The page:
Identification of generic study areas for the disposal of low level radioactive waste : western North Atlantic Ocean
Hollister, Charles D.
Bunce, Elizabeth T.
Chandler, Richard S.
MetadataShow full item record
There is a growing need to effectively dispose of the low level radioactive waste presently accumulating in the United States. It may be decided to "dump" radioactive contamination products onto the deep sea floor (within 200 miles of the U.S.) in accordance with present IAEA guidelines (see Appendix A) for ocean dumping of low level waste; in the event of such a decision suitable areas must be identified and carefully studied to determine the subsequent influence of the waste on the environment. Using the site suitability criteria mentioned above we have identified two areas of possible use for low level waste disposal, one north of Puerto Rico and one east of Cape Hatteras, as deserving further study. The following report describes the relevant physical and geological characteristics of these two areas that may be important in considering a dumping operation. We have also made some recommendations for confirmatory research. The Hatteras Abyssal Plain, lying close to the 200 mile limit, appears to be a viable region for the focus of future research efforts.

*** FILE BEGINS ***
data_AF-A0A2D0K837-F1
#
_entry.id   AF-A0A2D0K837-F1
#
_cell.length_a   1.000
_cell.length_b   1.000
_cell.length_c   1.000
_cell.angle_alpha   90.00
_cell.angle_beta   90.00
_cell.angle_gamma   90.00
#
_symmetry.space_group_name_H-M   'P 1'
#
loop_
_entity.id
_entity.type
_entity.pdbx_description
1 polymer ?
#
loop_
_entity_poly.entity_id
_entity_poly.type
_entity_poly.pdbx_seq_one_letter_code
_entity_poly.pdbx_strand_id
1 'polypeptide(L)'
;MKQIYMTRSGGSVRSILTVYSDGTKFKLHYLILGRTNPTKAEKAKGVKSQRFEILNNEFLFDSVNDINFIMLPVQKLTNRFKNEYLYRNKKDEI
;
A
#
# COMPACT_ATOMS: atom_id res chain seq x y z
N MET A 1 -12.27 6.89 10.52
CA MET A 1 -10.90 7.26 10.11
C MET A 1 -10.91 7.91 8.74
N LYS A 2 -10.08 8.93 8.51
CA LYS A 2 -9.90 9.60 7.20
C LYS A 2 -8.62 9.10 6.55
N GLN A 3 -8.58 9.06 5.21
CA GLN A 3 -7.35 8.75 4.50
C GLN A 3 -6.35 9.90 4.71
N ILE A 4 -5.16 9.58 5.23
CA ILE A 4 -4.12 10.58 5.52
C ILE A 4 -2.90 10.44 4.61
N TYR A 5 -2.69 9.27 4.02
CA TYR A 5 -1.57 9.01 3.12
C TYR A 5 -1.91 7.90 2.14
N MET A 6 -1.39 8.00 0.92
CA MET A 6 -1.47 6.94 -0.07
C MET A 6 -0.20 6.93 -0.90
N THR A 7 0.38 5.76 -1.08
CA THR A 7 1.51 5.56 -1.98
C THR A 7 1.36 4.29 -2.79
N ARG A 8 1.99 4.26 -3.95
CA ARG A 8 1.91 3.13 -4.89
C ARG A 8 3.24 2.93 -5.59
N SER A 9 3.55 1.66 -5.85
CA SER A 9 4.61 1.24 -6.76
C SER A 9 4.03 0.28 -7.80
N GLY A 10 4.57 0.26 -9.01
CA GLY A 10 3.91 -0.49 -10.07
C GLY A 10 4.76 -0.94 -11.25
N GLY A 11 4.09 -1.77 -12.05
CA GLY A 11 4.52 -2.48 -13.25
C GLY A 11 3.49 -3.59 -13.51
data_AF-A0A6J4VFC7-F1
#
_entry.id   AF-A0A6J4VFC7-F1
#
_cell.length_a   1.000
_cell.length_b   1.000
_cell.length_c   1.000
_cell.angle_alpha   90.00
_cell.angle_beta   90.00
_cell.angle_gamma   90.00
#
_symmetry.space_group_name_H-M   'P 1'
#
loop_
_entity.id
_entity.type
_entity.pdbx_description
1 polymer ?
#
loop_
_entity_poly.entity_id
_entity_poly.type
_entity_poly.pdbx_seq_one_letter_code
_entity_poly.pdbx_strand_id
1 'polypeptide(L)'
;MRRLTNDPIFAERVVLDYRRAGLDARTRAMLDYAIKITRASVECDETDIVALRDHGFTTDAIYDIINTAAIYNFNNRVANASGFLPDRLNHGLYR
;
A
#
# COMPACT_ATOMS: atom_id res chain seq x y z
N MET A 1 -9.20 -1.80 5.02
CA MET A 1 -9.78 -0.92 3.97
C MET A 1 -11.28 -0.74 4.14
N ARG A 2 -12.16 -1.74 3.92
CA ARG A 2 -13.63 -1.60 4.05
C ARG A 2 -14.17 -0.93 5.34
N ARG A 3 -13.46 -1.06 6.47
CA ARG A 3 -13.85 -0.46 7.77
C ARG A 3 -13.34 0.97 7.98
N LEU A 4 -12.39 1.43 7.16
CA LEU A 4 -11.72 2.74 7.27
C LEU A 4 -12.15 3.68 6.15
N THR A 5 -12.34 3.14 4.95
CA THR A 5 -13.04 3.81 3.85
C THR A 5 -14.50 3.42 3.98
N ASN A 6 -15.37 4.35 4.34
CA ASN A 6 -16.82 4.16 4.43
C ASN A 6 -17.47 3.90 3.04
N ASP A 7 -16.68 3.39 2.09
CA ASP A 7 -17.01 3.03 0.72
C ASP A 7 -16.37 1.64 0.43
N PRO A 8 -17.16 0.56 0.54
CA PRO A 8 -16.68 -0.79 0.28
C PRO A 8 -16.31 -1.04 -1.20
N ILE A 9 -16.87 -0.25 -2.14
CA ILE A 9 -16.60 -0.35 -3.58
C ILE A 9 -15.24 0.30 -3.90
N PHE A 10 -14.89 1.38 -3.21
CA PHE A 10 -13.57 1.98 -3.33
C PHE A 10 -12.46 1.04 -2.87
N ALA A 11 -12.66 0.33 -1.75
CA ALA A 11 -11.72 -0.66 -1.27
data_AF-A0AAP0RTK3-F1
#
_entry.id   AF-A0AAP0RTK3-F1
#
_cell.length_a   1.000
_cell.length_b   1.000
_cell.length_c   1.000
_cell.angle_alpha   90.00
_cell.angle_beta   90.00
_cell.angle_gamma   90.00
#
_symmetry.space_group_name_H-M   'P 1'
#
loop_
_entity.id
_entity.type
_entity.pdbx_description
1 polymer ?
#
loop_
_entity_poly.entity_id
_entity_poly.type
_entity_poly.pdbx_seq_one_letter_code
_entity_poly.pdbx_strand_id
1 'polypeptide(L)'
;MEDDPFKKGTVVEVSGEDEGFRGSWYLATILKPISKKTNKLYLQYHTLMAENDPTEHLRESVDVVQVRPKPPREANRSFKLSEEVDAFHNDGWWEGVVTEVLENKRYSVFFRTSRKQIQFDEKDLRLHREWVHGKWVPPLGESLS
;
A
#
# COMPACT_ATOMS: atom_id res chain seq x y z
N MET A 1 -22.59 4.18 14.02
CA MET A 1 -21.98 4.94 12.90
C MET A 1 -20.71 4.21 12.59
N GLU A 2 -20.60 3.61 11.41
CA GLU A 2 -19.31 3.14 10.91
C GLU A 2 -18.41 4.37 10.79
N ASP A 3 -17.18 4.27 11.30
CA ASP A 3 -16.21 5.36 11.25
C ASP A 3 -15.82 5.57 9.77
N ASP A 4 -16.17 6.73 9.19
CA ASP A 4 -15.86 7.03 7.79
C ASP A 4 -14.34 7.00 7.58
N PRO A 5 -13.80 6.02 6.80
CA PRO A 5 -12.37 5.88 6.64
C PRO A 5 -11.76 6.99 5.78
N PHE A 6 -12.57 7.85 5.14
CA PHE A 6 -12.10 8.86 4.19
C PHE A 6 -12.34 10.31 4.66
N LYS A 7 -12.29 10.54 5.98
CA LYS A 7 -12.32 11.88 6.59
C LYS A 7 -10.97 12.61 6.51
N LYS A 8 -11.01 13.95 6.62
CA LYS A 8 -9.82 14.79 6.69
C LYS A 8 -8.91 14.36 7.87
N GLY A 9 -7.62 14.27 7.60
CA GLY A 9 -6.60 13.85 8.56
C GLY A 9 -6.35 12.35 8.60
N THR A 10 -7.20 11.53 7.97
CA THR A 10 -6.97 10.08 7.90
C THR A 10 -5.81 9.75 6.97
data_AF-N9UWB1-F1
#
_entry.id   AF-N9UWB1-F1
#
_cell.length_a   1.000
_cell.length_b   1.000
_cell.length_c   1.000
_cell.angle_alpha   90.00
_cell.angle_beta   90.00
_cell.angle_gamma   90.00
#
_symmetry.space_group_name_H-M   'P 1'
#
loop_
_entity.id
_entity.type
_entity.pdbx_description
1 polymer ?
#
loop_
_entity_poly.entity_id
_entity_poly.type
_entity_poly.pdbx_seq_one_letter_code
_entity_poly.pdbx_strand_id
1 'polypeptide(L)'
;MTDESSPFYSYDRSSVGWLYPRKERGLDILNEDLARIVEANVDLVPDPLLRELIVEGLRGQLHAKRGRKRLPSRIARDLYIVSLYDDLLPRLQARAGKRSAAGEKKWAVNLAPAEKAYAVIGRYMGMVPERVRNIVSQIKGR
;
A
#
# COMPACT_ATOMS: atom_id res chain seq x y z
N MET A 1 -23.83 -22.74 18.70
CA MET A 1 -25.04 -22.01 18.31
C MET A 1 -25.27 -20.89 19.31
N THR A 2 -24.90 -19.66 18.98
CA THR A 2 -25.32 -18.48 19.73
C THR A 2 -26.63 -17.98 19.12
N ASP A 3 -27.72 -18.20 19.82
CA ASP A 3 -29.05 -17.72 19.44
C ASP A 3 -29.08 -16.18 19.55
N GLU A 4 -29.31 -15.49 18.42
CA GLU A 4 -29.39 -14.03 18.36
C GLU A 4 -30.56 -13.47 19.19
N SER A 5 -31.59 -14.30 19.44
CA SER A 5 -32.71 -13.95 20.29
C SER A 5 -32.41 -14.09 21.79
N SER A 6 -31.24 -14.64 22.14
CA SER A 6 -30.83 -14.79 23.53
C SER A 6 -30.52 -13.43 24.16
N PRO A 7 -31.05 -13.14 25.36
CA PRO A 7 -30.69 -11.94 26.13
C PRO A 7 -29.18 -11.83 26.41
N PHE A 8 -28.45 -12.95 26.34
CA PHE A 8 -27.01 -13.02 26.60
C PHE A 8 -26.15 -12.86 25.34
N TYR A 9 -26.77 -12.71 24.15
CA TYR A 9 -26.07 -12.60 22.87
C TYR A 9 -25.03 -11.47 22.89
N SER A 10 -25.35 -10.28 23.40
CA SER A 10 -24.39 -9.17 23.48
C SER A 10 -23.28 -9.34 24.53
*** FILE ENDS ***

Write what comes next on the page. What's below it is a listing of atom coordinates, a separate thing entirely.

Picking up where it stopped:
Suggested CitationTechnical Report: Hollister, Charles D., Bunce, Elizabeth T., Chandler, Richard S., "Identification of generic study areas for the disposal of low level radioactive waste : western North Atlantic Ocean", 1979-07, DOI:10.1575/1912/10344, https://hdl.handle.net/1912/10344
Showing items related by title, author, creator and subject.
Walden, Barrie B. (Woods Hole Oceanographic Institution, 1987-03)This paper presents the methods used for the recovery of three low-level radioactive waste packages from deep ocean disposal sites in the Atlantic and Pacific oceans. The design of the recovery equipment and its utilization ...
Manheim, Frank T.; Vine, Allyn C. (Woods Hole Oceanographic Institution, 1987-03)Some areas of the E.E.Z. (Exclusive Economic Zone) offer technical, political and economic options that may complement existing approaches to hazardous waste storage and disposal.
Hayes, Christopher T.; Anderson, Robert F.; Fleisher, Martin Q.; Vivancos, Sebastian M.; Lam, Phoebe J.; Ohnemus, Daniel C.; Huang, Kuo-Fang; Robinson, Laura F.; Lu, Yanbin; Cheng, Hai; Edwards, R. Lawrence; Moran, S. Bradley (2015-01)The natural radionuclides 231Pa and 230Th are incorporated into the marine sediment record by scavenging, or adsorption to various particle types, via chemical reactions that are not fully understood. Because these ...